NATO - North Atlantic Treaty Organisation

12 Sep. 2011

''NATO and industry: providing security together''

Speech by NATO Secretary General Anders Fogh Rasmussen at the ACT Industry Day, London

General Abrial,
Minister Howarth,
Ladies and Gentlemen,

Thank you for inviting me to attend the ACT Industry Day. It is really a great pleasure for me to meet with representatives of the industry and other representatives of the defence sector.

For the last 6 months, the world headlines have alternated between the crisis in our economies, and the crisis in Libya. Thanks to NATO, countless lives were saved in Libya. And Libya can now look forward to a new democratic future. But there are great challenges ahead. The same can be said about the state of the global economy .

We are in one of the most severe economic crises we have ever known. Budgets are decreasing. Prices are increasing. New players are emerging. This all has the potential to have a major impact on our Alliance. And on all of you in the defence industry.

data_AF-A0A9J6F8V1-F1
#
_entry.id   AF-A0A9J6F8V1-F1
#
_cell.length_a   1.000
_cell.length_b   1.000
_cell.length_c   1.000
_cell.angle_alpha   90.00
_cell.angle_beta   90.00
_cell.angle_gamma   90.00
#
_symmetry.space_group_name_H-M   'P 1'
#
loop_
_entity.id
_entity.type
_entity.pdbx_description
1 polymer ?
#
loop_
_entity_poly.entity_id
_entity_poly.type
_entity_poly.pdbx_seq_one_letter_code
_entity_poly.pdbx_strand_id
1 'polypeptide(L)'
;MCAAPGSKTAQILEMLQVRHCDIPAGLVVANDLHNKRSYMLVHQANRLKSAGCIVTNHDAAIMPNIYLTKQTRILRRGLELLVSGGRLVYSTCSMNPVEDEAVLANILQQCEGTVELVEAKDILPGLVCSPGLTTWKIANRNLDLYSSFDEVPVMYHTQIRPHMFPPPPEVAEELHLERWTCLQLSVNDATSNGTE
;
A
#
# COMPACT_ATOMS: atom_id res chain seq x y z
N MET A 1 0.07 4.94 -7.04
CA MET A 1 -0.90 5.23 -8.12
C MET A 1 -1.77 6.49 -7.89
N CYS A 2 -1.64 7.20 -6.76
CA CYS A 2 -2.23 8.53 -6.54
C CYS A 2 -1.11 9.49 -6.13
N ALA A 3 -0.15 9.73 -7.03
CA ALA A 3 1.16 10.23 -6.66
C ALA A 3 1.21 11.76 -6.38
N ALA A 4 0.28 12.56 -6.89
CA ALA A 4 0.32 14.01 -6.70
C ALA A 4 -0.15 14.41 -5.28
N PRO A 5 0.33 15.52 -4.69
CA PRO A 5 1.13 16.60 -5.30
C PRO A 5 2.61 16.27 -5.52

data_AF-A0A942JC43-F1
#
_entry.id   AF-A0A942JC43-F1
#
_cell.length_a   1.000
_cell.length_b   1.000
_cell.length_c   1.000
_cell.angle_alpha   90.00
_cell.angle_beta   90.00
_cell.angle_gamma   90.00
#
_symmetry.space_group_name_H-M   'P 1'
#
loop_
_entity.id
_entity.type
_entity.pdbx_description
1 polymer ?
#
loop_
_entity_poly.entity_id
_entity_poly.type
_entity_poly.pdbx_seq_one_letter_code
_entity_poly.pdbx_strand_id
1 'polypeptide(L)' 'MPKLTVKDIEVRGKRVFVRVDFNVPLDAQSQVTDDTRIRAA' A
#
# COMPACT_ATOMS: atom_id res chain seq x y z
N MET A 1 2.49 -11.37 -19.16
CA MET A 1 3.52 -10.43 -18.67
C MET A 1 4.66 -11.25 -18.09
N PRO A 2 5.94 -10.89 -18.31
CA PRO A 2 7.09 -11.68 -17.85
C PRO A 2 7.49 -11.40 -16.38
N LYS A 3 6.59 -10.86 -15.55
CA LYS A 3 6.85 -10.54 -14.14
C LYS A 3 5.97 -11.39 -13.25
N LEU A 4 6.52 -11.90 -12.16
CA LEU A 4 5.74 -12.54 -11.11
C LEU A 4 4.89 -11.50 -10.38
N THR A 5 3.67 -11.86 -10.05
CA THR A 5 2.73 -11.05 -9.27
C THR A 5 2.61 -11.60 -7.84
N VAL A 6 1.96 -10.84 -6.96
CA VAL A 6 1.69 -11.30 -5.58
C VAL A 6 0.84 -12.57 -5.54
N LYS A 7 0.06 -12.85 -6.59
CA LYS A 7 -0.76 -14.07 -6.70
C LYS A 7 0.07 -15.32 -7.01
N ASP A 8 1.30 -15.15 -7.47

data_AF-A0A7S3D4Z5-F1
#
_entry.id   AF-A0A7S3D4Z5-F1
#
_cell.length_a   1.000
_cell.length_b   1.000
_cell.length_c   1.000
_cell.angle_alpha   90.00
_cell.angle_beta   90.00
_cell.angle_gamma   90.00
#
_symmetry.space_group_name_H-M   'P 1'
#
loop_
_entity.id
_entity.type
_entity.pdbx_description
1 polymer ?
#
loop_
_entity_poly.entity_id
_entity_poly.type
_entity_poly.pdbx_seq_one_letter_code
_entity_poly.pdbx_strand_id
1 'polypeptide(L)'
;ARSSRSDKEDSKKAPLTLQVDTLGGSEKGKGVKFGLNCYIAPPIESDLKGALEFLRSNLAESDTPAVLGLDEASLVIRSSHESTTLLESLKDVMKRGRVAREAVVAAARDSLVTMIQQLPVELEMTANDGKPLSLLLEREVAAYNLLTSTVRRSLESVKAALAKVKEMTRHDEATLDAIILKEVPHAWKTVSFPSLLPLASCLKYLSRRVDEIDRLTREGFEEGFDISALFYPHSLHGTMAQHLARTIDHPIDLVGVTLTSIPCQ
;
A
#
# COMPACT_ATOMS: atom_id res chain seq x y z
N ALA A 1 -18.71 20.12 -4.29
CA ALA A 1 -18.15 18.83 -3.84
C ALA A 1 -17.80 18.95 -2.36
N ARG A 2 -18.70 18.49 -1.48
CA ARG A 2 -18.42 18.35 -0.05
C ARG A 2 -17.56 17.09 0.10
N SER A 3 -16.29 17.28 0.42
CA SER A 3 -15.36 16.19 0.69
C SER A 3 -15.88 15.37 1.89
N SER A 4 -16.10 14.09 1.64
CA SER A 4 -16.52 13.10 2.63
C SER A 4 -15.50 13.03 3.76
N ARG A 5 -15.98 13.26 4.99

Our Libya mission tells a positive story: about NATO and NATO nations. We are still the indispensable Alliance. And, for the first time, the European Allies and Canada took the lead, together with our partners. European Allies provided the majority of air and maritime assets. But our mission would not have been possible without the unique and essential assets provided by the United States – such as intelligence support, drones, and air-to-air refuelling.

However, Libya has also made more apparent than ever Europe’s current lack of military capabilities in certain key areas. I am concerned about what might happen tomorrow, and the day after tomorrow, if the decline in defence budgets deepens. This could have serious consequences. Interoperability could become increasingly difficult as the technological gap grows across the Atlantic.

Europe’s influence on the world stage could decline, due to a lack of critical capabilities to take on future crisis-management operations beyond its borders. And if Europe fails to play its full role, others will certainly step in. A consequence of this may be that the United States shifts ever greater interest towards those emerging powers – and deepen the Transatlantic gap. That is a scenario none of us wants. And that none of us can afford.

To carry out successful military missions, such as the one in Libya, we need to develop, deliver, and deploy modern capabilities. But when our economies are in such a parlous state, this is increasingly difficult to do. Especially with the way we currently do it.